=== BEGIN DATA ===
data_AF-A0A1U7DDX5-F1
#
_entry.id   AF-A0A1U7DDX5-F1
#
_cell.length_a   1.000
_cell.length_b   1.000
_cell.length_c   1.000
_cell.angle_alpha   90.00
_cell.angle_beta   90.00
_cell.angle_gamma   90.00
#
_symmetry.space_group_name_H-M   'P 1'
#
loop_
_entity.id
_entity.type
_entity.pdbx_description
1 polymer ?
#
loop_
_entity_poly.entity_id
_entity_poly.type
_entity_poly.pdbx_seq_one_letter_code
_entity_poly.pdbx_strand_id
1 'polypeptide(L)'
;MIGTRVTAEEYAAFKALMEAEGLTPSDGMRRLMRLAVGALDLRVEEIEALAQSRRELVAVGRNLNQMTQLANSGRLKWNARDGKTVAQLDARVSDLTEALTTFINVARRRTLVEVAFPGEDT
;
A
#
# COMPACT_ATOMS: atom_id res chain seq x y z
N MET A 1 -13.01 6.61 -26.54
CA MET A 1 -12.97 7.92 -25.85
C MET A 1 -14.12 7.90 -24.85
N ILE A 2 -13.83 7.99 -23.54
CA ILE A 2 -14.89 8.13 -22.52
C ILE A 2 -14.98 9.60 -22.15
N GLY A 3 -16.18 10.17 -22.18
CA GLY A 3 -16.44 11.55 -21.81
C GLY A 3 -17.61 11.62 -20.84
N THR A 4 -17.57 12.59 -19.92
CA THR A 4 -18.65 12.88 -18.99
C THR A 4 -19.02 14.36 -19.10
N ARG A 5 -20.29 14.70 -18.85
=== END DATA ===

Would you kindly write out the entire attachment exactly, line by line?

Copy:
data_AF-A0A1U7DDX5-F1
#
_entry.id   AF-A0A1U7DDX5-F1
#
_cell.length_a   1.000
_cell.length_b   1.000
_cell.length_c   1.000
_cell.angle_alpha   90.00
_cell.angle_beta   90.00
_cell.angle_gamma   90.00
#
_symmetry.space_group_name_H-M   'P 1'
#
loop_
_entity.id
_entity.type
_entity.pdbx_description
1 polymer ?
#
loop_
_entity_poly.entity_id
_entity_poly.type
_entity_poly.pdbx_seq_one_letter_code
_entity_poly.pdbx_strand_id
1 'polypeptide(L)'
;MIGTRVTAEEYAAFKALMEAEGLTPSDGMRRLMRLAVGALDLRVEEIEALAQSRRELVAVGRNLNQMTQLANSGRLKWNARDGKTVAQLDARVSDLTEALTTFINVARRRTLVEVAFPGEDT
;
A
#
# COMPACT_ATOMS: atom_id res chain seq x y z
N MET A 1 -13.01 6.61 -26.54
CA MET A 1 -12.97 7.92 -25.85
C MET A 1 -14.12 7.90 -24.85
N ILE A 2 -13.83 7.99 -23.54
CA ILE A 2 -14.89 8.13 -22.52
C ILE A 2 -14.98 9.60 -22.15
N GLY A 3 -16.18 10.17 -22.18
CA GLY A 3 -16.44 11.55 -21.81
C GLY A 3 -17.61 11.62 -20.84
N THR A 4 -17.57 12.59 -19.92
CA THR A 4 -18.65 12.88 -18.99
C THR A 4 -19.02 14.36 -19.10
N ARG A 5 -20.29 14.70 -18.85